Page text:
I had a mole biopsied 4 years ago. The results came back that it was benign. It was a sort of shave biopsy on a flat mole and there is a little bit of pigment left behind in the scar. My question is: Do i have to worry about this pigment left behind turning into cancer? Can i leave it alone or should i have it "dug out" The biopsy was on my inner thigh. Thank you!
Some Pigment Left Behind After Mole Biopsy
Doctor Answers 14
Pigmentation after mole removal
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If a shave biopsy was performed on the mole, there is a chance for the mole to grow back. I would not be too concerned with the pigment returning. I would still have the mole evaluated by your doctor.
Return of pigment after mole removal
Some recurrence of pigmentation after a shave removal of a mole is very common, and usually nothing to be concerned about. The pigmentation is often somewhat irregular appearing. Since it was benign after the initial biopsy, it is unlikely to be dangerous, but I would still have the mole evaluated by a dermatologist.
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Mole came back
The is called a recurrent nevus (a mole that came back after removal). If the original biopsy showed a benign growth (not cancer), than the recurrent nevus is also benign. This can be removed for cosmetic reasons.
Shaved mole leaving brown spot
If a mole was shaved and read as benign then I would not worry about recurrent pigment. If the pigmentation bothers you it can be further removed or can often be faded with cryotherapty(freezing).
Pigment after Mole Removal
The goal of a biopsy is to determine if something that looked atypical to the eye during your exam, is in fact atypical -- cancerous or pre-cancerous. If the pathology report shows a benign process, removal of the residual pigment is not necessary. Many moles have some residual pigment, or pigment recurs, after a shave biopsy. If the color begins to change or returning pigment continues to grow or change, then I would have it re-examined and probably excised. Make sure your moles are evaluated and treated by a Board Certified Dermatologist, and that all pigmented lesion biopsies are read by a Board Certified in Dermatopathologist.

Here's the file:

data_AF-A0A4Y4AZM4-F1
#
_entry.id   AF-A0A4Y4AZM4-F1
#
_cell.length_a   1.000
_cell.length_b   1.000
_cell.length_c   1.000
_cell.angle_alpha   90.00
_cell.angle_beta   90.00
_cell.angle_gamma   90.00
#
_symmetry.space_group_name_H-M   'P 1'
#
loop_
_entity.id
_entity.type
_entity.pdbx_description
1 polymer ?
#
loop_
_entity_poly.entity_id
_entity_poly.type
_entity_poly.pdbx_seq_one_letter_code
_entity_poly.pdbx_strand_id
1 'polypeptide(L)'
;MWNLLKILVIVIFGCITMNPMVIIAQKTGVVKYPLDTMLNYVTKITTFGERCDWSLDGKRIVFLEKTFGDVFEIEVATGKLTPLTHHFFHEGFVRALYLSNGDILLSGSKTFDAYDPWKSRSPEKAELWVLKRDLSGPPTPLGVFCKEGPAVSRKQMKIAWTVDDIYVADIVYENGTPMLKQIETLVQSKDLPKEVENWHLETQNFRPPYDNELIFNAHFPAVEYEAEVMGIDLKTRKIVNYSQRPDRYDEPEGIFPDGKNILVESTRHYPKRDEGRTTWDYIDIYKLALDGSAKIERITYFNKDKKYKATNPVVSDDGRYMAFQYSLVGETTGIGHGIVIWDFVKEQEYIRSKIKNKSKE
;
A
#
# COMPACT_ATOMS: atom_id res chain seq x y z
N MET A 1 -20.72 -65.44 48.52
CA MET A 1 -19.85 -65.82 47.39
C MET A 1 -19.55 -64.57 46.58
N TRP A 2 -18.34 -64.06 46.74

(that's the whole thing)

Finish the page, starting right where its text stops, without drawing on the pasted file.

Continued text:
Shave biopsies of moles may leave some of the mole in the skin
Shave biopsies of moles may leave some of the mole in the skin. By definition the shave only removes the part of the mole that is above the skin and anything left behind may grow. If the biopsy is not malignant the remaining mole is safe unless it turns colors, grows, or bleeds.
What to do about residual pigmentation from a shaved off lesion
If the pathology report definitively indicated that this mole was benign, then the residual pigment does not necessarily need to be removed. However, if you do see some changes occurring in it, I would recommend that it be removed in its entirety - and not just shaved off.
Your other option which should help allay your anxiety would be to have this residual pigmentation completely excised and then sent to pahtology. Then, you will have one less issue to worry about.
Benign mole does not need re-excision
After a mole is removed, repigmentation may often occur. This occurs more frequently after shave biopsies, but I have seen it even after deep excisions. If the original biopsy was benign, the recurrent mole does not need to be re-excised. If the original biopsy showed atypical cells and the pigmentation recurs, then the mole may need re-excision.
Residual pigment after shave biopsy
Dear Erin, this is one of the limitations of shave biopsy. The mole may not be completely excised and residual pigment can be left. The alternative is to have it formally excised, this will leave a slightly longer scar, but it will be narrower, hopefully a hairline scar. It is swings and roundabouts really.
You can be reassured that the histology has come back as benign, so you do not need it re-excised, although you may choose to have it excised if you do not like the look of it. As with all of your moles, you should keep an eye on them to look for changes that might mean cancer.
These answers are for educational purposes and should not be relied upon as a substitute for medical advice you may receive from your physician. If you have a medical emergency, please call 911. These answers do not constitute or initiate a patient/doctor relationship.